The British Supreme Court on Monday morning started hearing the historic Brexit legal case to decide whether the British government can begin the process to pull Britain out of the European Union(EU) without a parliament approval.
Protesters from both the leave and remain camps gathered in Parliament Square to demonstrate their feelings ahead of the case in the nearby courthouse, where the Supreme Court will be hearing four days of legal arguments and submissions. Some were waving EU flags to show their strength of feeling about wanting Britain to remain in the EU.
The government has insisted it has the power and authority to start the exit process by triggering Article 50 of the Lisbon Treaty, the formal gateway for a member country quitting the EU.
Theresa May wants to trigger article 50 by the end of March. But the High Court heard a challenge to May's plans and ruled that the Houses of Parliament must be in the driving seat.
May's government appealed against that ruling and the 11 judges in the hearing starting Monday will make a definitive decision. If the judges uphold the High Court decision, it will mean May having to involve parliament in her Brexit plans. May's supporters fear that politicians could use that process to delay or even sabotage Britain's exit from the EU, even though the majority of people voted to leave in the June 23 referendum.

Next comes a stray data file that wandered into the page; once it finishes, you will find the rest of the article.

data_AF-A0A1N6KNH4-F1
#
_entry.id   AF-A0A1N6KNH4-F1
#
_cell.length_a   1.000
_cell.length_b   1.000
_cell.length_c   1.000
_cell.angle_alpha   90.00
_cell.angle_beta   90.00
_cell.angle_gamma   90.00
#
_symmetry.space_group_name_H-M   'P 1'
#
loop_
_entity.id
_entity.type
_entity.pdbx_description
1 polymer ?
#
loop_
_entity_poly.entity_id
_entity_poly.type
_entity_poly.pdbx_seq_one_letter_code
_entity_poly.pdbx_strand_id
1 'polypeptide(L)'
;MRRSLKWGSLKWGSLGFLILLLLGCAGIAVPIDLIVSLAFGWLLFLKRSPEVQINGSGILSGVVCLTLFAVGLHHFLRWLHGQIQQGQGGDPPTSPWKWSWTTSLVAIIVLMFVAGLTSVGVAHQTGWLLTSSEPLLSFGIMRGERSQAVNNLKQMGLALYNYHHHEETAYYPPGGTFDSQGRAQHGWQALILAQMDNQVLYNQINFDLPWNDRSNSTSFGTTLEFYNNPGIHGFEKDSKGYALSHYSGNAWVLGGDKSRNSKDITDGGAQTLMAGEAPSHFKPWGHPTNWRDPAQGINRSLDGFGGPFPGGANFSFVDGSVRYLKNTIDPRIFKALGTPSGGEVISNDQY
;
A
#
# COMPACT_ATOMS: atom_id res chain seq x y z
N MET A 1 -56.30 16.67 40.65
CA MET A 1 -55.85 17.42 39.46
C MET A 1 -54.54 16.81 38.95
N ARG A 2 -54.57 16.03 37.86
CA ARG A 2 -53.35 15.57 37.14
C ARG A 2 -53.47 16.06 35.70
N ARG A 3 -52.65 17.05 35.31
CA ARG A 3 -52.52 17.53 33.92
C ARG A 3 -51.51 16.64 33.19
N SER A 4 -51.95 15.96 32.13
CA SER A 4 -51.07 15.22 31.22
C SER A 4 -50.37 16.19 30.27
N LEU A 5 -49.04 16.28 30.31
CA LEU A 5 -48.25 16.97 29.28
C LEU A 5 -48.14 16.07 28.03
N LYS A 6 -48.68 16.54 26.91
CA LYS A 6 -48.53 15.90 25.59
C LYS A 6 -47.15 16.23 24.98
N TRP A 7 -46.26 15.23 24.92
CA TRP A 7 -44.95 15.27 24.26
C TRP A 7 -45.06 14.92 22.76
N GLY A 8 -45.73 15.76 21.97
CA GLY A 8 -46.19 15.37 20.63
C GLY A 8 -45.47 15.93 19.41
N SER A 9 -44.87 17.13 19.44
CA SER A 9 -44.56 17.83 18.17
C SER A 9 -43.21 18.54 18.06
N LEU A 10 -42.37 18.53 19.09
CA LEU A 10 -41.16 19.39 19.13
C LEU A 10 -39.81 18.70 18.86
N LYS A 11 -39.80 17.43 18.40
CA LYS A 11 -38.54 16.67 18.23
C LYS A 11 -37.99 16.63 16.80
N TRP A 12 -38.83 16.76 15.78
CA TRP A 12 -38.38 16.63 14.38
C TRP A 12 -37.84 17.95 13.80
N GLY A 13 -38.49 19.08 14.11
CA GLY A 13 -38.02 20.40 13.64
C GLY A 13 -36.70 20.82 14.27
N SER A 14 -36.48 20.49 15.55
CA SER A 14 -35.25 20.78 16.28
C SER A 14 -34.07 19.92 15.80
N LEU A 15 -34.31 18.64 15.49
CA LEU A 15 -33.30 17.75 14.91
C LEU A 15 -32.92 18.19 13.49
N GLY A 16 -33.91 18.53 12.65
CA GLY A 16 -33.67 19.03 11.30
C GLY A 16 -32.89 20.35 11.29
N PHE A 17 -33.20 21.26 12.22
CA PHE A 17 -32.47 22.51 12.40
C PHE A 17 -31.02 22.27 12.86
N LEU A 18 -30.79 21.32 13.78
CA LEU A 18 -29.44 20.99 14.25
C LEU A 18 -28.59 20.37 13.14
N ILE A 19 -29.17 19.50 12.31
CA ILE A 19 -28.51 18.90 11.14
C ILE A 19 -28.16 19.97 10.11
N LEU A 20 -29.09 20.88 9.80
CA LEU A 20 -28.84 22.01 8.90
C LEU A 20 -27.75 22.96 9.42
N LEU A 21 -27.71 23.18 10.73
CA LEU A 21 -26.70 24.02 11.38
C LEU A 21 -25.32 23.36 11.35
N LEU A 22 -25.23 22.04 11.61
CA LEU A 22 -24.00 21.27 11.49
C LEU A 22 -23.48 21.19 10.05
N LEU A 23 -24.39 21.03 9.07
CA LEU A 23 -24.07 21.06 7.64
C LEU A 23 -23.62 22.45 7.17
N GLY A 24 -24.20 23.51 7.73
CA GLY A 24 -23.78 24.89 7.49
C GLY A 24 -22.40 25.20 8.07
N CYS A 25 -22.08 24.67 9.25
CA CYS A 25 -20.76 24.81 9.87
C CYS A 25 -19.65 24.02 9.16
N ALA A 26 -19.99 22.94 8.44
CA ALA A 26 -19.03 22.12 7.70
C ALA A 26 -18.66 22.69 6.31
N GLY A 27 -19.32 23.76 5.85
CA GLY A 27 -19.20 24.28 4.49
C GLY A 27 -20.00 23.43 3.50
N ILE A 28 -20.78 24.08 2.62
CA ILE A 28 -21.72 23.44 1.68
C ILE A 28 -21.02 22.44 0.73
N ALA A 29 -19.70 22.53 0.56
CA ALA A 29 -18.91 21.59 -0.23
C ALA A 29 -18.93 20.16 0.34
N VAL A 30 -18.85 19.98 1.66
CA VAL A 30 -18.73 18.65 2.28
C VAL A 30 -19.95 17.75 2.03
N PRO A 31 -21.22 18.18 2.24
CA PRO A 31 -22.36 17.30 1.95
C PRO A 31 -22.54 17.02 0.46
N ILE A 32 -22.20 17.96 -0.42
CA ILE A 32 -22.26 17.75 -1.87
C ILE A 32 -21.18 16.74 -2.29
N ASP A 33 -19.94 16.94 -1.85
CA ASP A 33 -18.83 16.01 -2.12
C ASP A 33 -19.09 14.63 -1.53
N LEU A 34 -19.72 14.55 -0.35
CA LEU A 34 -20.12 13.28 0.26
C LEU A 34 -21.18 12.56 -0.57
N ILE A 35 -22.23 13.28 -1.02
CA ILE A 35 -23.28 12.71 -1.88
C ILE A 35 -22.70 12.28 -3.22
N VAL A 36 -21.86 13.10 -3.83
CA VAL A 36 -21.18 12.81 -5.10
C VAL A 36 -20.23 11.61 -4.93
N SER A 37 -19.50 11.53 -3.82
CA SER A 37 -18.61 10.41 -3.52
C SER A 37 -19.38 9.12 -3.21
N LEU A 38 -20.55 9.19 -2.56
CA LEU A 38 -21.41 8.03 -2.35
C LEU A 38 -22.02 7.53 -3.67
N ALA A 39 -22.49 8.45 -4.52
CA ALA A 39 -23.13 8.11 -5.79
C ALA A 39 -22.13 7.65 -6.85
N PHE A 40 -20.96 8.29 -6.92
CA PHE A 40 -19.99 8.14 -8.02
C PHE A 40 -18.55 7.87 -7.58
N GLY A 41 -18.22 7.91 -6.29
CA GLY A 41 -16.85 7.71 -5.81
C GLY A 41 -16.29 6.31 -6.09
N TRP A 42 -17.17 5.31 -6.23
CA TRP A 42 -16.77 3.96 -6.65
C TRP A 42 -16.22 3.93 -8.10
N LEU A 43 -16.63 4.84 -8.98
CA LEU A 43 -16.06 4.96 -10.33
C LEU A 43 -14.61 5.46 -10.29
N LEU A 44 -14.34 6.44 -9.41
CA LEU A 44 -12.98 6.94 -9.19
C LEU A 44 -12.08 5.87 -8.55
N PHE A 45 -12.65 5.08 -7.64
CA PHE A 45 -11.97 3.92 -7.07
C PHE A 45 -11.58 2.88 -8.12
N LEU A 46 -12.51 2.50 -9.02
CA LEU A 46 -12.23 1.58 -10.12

On the other hand if the judges, when they announce their decision in January, agree with the government, it will pave the way for May to start the process without seeking the approval of parliament.
Commentators say that what is really on trial in the hearing is democracy and the authority of the government.
At the start of the hearing, Lord Neuberger, president of the court, said the Supreme Court exists to decide points of law which fall within its jurisdiction.
"The Justices of the Court are of course aware of the public interest in this case. And we are aware of the strong feelings associated with the many wider political questions surrounding the United Kingdom's departure from the European Union," he said.
"However, as will be apparent from the arguments before us, those wider political questions are not the subject of this appeal. This appeal is concerned with legal issues, and, as judges, our duty is to consider those issues impartially, and to decide the case according to the law. That is what we shall do," he said.
The judges were not in their traditional ceremonial robes for the hearing, though it is the first time in history all law judges have sat together.
That is an indication of the constitutional and legal importance of the case.
The somber atmosphere of the wood paneled courtroom was in sharp contrast to the noisy demonstrations outside the historic building close to the Houses of Parliament.
The first full day of the hearing will be taken up with the government's Attorney General Jeremy Wright contending that the government, using centuries old powers, had the right to start the process. He also insists that parliament legally approved the referendum handing the decision to the people of Britain.
Later in the week, the judges will hear lawyers representing Gina Miller, the wealthy businesswoman who originally took the case to the High Court to force May to hand the decision of triggering article 50 to parliament.
Source: Philippines News Agency